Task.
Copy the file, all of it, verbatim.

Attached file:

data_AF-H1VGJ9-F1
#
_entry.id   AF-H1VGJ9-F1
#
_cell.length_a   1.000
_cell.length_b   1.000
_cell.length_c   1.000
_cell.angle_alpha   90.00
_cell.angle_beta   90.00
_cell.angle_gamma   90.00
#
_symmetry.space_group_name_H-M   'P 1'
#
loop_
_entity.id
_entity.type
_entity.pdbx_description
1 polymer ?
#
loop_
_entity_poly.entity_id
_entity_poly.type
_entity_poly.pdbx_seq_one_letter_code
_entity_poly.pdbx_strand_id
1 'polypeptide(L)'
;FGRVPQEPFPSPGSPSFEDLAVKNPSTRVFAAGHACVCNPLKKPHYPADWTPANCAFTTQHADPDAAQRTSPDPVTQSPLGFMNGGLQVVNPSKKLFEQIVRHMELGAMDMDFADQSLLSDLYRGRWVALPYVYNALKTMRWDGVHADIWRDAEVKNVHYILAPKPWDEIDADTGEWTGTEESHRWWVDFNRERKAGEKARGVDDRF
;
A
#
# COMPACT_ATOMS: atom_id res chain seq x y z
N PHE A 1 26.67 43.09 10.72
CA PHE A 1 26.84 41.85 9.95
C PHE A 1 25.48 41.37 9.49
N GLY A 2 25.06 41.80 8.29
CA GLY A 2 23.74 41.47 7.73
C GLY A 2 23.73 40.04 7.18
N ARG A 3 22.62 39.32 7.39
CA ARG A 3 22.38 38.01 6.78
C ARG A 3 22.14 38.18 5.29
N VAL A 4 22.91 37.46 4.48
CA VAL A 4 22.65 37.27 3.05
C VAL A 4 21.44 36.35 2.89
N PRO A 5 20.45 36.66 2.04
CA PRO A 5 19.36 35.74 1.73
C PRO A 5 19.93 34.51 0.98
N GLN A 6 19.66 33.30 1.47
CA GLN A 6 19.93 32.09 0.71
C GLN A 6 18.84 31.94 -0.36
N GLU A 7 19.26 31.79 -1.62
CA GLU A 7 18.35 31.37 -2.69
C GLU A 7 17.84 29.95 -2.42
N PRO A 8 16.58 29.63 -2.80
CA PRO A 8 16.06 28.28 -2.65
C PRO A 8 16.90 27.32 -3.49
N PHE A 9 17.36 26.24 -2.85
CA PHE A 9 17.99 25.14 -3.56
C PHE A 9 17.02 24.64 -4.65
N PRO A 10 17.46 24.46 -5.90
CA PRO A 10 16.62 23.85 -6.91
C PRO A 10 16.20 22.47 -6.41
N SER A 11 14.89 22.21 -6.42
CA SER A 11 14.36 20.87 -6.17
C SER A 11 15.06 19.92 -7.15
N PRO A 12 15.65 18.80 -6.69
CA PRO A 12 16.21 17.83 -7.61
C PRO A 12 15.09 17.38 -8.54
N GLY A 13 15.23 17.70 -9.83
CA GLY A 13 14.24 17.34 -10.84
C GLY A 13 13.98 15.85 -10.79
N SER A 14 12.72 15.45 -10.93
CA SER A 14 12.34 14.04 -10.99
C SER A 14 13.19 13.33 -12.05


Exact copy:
data_AF-H1VGJ9-F1
#
_entry.id   AF-H1VGJ9-F1
#
_cell.length_a   1.000
_cell.length_b   1.000
_cell.length_c   1.000
_cell.angle_alpha   90.00
_cell.angle_beta   90.00
_cell.angle_gamma   90.00
#
_symmetry.space_group_name_H-M   'P 1'
#
loop_
_entity.id
_entity.type
_entity.pdbx_description
1 polymer ?
#
loop_
_entity_poly.entity_id
_entity_poly.type
_entity_poly.pdbx_seq_one_letter_code
_entity_poly.pdbx_strand_id
1 'polypeptide(L)'
;FGRVPQEPFPSPGSPSFEDLAVKNPSTRVFAAGHACVCNPLKKPHYPADWTPANCAFTTQHADPDAAQRTSPDPVTQSPLGFMNGGLQVVNPSKKLFEQIVRHMELGAMDMDFADQSLLSDLYRGRWVALPYVYNALKTMRWDGVHADIWRDAEVKNVHYILAPKPWDEIDADTGEWTGTEESHRWWVDFNRERKAGEKARGVDDRF
;
A
#
# COMPACT_ATOMS: atom_id res chain seq x y z
N PHE A 1 26.67 43.09 10.72
CA PHE A 1 26.84 41.85 9.95
C PHE A 1 25.48 41.37 9.49
N GLY A 2 25.06 41.80 8.29
CA GLY A 2 23.74 41.47 7.73
C GLY A 2 23.73 40.04 7.18
N ARG A 3 22.62 39.32 7.39
CA ARG A 3 22.38 38.01 6.78
C ARG A 3 22.14 38.18 5.29
N VAL A 4 22.91 37.46 4.48
CA VAL A 4 22.65 37.27 3.05
C VAL A 4 21.44 36.35 2.89
N PRO A 5 20.45 36.66 2.04
CA PRO A 5 19.36 35.74 1.73
C PRO A 5 19.93 34.51 0.98
N GLN A 6 19.66 33.30 1.47
CA GLN A 6 19.93 32.09 0.71
C GLN A 6 18.84 31.94 -0.36
N GLU A 7 19.26 31.79 -1.62
CA GLU A 7 18.35 31.37 -2.69
C GLU A 7 17.84 29.95 -2.42
N PRO A 8 16.58 29.63 -2.80
CA PRO A 8 16.06 28.28 -2.65
C PRO A 8 16.90 27.32 -3.49
N PHE A 9 17.36 26.24 -2.85
CA PHE A 9 17.99 25.14 -3.56
C PHE A 9 17.02 24.64 -4.65
N PRO A 10 17.46 24.46 -5.90
CA PRO A 10 16.62 23.85 -6.91
C PRO A 10 16.20 22.47 -6.41
N SER A 11 14.89 22.21 -6.42
CA SER A 11 14.36 20.87 -6.17
C SER A 11 15.06 19.92 -7.15
N PRO A 12 15.65 18.80 -6.69
CA PRO A 12 16.21 17.83 -7.61
C PRO A 12 15.09 17.38 -8.54
N GLY A 13 15.23 17.70 -9.83
CA GLY A 13 14.24 17.34 -10.84
C GLY A 13 13.98 15.85 -10.79
N SER A 14 12.72 15.45 -10.93
CA SER A 14 12.34 14.04 -10.99
C SER A 14 13.19 13.33 -12.05